December 5, 2023

The Minister of Labour and Employment, Dr. Chris Ngige has submitted that state governors not paying the minimum wage are breaching the law of the country.

This is as the Minister noted that the minimum wage bill signed into law by President Muhammadu Buhari in April 2019 makes it compulsory for all employers that meet the condition stipulated in it to pay workers the approved minimum wage of N30,000.

Ngige made the submission on Sunday during his appearance on Channels Television’s Sunday Politics.

He clarified that the minimum wage is different from the Collective Bargaining Agreement (CBA) and any state governor or employer of labour that is not complying with it may be sued by the workers or himself.

The Minister however added that he is still working out the modalities with the Attorney-General of the federation on the next line of action that will be taken against such employers.

“If you read the Act well, you will see the applicability of the Act. The applicability is that all parts of the Federation (Section II); Section III also says N30,000 shall be paid, the operating word is shall.

It does not give room for picking and choosing, it is a must. The state governors that are not paying are breaching the law of the land,” the minister said

He added that: “This is a national law that states what you will pay to the lowest-paid employee (worker) in your establishment; state governments are employers… they are caught in the web of this law until repealed.

“Any state government or employer that negotiates minimum wage like some of them are doing with their unions, they are running afoul of the law.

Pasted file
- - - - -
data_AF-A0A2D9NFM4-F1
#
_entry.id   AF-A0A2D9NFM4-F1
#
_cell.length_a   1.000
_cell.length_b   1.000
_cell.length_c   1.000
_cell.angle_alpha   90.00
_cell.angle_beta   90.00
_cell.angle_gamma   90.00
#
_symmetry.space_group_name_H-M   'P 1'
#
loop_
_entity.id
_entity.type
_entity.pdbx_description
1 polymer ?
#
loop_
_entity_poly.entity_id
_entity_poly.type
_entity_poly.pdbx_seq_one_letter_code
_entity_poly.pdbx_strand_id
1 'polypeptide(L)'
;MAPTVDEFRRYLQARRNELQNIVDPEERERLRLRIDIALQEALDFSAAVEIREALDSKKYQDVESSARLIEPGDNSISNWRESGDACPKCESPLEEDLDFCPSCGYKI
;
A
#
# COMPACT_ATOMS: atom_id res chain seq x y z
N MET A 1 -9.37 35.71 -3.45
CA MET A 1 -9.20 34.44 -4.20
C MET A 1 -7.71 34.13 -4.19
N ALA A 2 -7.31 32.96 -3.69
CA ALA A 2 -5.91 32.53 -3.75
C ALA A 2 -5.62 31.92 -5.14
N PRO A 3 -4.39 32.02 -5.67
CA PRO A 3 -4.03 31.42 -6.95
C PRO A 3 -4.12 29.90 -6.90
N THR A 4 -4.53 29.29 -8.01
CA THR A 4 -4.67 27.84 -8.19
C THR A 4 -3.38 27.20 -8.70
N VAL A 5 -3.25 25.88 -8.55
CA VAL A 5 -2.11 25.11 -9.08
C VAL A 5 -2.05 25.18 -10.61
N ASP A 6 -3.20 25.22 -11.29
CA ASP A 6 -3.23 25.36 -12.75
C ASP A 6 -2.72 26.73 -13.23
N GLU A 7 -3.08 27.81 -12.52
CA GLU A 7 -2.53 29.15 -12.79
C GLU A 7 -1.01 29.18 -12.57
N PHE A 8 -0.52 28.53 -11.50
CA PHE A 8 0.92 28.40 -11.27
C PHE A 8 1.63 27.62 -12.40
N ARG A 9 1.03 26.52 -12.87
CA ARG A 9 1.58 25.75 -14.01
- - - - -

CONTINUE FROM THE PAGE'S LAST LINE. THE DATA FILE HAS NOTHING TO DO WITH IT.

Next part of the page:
On what would be the next line of action against the defaulters, Ngige said: “I am negotiating with the Attorney-General of the Federation (AGF); the law permits me to take them to court.

“I can take any employer to court. If governors have immunity, I can start from the secretary to the government, to the head of service, and go down to the State Executive Council; take them all to court and I do not need any permission.”

Meanwhile, the Bureau of Public Enterprises (BPE) on Sunday announced its decision to sell the five power generation companies constructed under National Integrated Power Project (NIPP).

Akelicious reports that this was made known by the BPE in a document signed by the Director-General, Alex Okoh, and made available to newsmen.

The BPE asked investors to bid for the 100 percent shareholding of the government in any of the companies.

Leave a Reply

Your email address will not be published. Required fields are marked *